And will Sunerland South make it any clearer? Last time Chris Mullin won it with a 63% majority over the Tories and the turnout was only 48%.

Mike Smithson


Why pollsters ask how you voted last time?

Monday, March 28th, 2005

    Do Communicate Research polls overstate Labour?

Yesterday’s Communicate Research poll in the Independent on Sunday suggesting that Labour is doing even better than at the 2001 General Election has provoked a lot of debate on how the pollster carries out its surveys.

For ever since the firm began polling for the paper we’ve raised questions about the CR methodology which we believe overstates Labour and understates the the Tories and Lib Dems.

A major challenge for telephone pollsters is finding a sample of voters to interview that is representative of the electorate as whole. For every successful interview they carry out most have to make to six calls. Many people are out, many have answerphones or employ some form of phone-screening that stops calls from unknown sources getting through and many, the majority, simply refuse to be interviewed.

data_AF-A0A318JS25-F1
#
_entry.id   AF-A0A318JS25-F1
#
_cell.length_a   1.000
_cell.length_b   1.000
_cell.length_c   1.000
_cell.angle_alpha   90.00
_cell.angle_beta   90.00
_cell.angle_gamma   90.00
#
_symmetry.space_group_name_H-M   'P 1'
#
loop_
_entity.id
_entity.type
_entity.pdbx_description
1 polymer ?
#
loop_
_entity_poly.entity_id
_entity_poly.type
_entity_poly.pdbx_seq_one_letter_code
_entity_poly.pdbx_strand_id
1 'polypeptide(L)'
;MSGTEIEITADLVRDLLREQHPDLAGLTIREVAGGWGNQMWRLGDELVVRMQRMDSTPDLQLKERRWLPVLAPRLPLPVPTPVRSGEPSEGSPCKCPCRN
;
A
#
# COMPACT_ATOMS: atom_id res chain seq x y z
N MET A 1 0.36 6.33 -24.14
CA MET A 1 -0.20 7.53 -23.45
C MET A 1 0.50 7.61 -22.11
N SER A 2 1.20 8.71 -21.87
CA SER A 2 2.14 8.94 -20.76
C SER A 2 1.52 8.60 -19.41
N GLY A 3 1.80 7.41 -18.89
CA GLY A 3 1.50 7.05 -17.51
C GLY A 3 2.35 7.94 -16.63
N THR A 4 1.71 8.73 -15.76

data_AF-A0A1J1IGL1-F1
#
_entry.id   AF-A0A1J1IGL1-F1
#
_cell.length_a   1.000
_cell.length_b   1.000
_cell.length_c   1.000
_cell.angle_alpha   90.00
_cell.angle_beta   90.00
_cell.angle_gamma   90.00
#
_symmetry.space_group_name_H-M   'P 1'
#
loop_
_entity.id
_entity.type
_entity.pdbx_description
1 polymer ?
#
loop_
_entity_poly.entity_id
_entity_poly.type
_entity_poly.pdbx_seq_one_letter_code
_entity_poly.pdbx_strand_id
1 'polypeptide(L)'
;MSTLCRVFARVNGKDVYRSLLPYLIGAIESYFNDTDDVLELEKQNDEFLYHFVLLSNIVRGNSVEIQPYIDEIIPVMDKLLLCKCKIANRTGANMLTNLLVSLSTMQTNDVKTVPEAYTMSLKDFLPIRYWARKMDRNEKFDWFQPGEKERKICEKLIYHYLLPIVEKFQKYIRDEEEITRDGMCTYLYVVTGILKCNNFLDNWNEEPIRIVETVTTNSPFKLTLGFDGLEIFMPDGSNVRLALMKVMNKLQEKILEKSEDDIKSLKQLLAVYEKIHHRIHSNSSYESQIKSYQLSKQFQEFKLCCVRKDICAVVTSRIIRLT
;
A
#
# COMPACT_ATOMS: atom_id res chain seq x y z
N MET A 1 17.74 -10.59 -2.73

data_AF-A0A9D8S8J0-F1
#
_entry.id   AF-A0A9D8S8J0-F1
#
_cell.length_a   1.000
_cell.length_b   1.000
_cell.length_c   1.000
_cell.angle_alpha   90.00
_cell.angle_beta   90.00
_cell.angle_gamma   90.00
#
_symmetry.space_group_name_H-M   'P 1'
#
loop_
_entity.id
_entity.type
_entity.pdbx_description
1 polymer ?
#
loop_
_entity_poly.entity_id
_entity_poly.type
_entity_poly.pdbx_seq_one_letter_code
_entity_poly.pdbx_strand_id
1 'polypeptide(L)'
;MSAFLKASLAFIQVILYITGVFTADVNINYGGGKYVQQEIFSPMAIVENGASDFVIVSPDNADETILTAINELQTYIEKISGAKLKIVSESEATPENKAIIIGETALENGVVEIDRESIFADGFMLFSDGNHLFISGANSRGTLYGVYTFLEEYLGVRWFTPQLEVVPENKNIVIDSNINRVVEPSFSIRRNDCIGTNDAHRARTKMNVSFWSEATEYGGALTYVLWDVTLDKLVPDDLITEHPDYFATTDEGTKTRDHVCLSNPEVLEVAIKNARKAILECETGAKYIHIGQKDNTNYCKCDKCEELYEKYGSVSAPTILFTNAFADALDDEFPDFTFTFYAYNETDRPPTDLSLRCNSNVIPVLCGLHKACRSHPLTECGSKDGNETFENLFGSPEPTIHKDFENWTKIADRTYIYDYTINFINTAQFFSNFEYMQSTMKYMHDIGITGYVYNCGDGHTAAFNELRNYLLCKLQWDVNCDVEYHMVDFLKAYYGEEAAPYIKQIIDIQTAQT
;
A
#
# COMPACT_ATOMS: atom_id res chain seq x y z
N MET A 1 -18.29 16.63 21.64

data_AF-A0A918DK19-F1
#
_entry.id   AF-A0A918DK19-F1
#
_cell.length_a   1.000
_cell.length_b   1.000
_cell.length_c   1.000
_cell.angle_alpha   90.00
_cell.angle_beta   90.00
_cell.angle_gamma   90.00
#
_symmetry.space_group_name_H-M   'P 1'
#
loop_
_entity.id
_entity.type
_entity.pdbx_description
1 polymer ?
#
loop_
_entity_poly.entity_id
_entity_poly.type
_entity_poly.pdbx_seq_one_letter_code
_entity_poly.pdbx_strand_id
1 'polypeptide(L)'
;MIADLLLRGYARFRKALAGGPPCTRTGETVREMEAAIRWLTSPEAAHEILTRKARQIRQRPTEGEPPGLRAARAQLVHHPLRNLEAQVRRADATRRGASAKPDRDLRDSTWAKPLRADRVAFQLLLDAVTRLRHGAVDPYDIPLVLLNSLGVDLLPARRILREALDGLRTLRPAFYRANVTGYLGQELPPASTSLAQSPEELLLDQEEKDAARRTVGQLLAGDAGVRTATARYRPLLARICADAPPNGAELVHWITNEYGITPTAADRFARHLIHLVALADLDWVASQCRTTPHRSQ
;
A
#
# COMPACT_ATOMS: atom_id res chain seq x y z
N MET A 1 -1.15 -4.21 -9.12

So how can they know that those they do talk to are representative?

Could it be that the available interviewees are not a fair reflection of the electorate as a whole? Could it be, say, Labour supporters have different lifestyles from, say, Tories, that makes it more likely that they will be there when the phone call comes and they are more willing to take part?

As well as asking standard demographic questions to ensure the correct age/gender and socio-economic make-up of the group a measure that all the other phone pollsters adopt is to ask how interviewees voted last time.

Because we know that Labour got 42% of the vote in 2001, then clearly something needs to be done when, for example, the March Populus poll found that 51% of those taking part said they voted for the party four years ago. You have to allow for some false memory or faulty recall and in this case Populus weighted their sample so that 46% were Labour voters. In broad terms this means that the Labour totals in the March survey were reduced by about a tenth.

It is this which CR are not doing and why we think their polls are over-stating Labour. We are also concerned that when they put the question CR’s interviewers do not list the party options. In the past it has been shown that this reduces support for the Lib Dems who sometimes get forgotten.

All those interested in election betting and forecasting political outcomes have an interest in knowing how each pollster works. We would love to hear from CR about the the points we raise.

Mike Smithson